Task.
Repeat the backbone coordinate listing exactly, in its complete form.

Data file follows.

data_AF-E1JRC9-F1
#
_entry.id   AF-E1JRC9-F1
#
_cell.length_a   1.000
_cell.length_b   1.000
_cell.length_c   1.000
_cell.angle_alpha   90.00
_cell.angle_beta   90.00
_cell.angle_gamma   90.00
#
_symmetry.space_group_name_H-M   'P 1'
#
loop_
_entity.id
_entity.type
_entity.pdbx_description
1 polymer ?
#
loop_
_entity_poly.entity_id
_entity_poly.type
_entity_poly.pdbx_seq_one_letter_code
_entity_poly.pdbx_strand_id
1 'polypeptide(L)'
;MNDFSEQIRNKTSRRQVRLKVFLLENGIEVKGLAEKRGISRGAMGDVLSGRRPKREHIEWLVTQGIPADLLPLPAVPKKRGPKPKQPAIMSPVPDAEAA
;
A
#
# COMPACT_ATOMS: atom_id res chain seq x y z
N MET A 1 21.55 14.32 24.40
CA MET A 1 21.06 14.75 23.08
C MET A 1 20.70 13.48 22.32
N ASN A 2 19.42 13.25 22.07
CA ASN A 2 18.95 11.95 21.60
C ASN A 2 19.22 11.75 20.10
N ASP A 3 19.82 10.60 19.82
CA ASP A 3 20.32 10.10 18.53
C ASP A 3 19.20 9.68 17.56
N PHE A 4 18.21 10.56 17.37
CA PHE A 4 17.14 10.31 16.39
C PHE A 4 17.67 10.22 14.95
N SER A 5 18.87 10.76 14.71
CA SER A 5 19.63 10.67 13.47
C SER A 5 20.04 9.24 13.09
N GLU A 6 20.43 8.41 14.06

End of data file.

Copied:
data_AF-E1JRC9-F1
#
_entry.id   AF-E1JRC9-F1
#
_cell.length_a   1.000
_cell.length_b   1.000
_cell.length_c   1.000
_cell.angle_alpha   90.00
_cell.angle_beta   90.00
_cell.angle_gamma   90.00
#
_symmetry.space_group_name_H-M   'P 1'
#
loop_
_entity.id
_entity.type
_entity.pdbx_description
1 polymer ?
#
loop_
_entity_poly.entity_id
_entity_poly.type
_entity_poly.pdbx_seq_one_letter_code
_entity_poly.pdbx_strand_id
1 'polypeptide(L)'
;MNDFSEQIRNKTSRRQVRLKVFLLENGIEVKGLAEKRGISRGAMGDVLSGRRPKREHIEWLVTQGIPADLLPLPAVPKKRGPKPKQPAIMSPVPDAEAA
;
A
#
# COMPACT_ATOMS: atom_id res chain seq x y z
N MET A 1 21.55 14.32 24.40
CA MET A 1 21.06 14.75 23.08
C MET A 1 20.70 13.48 22.32
N ASN A 2 19.42 13.25 22.07
CA ASN A 2 18.95 11.95 21.60
C ASN A 2 19.22 11.75 20.10
N ASP A 3 19.82 10.60 19.82
CA ASP A 3 20.32 10.10 18.53
C ASP A 3 19.20 9.68 17.56
N PHE A 4 18.21 10.56 17.37
CA PHE A 4 17.14 10.31 16.39
C PHE A 4 17.67 10.22 14.95
N SER A 5 18.87 10.76 14.71
CA SER A 5 19.63 10.67 13.47
C SER A 5 20.04 9.24 13.09
N GLU A 6 20.43 8.41 14.06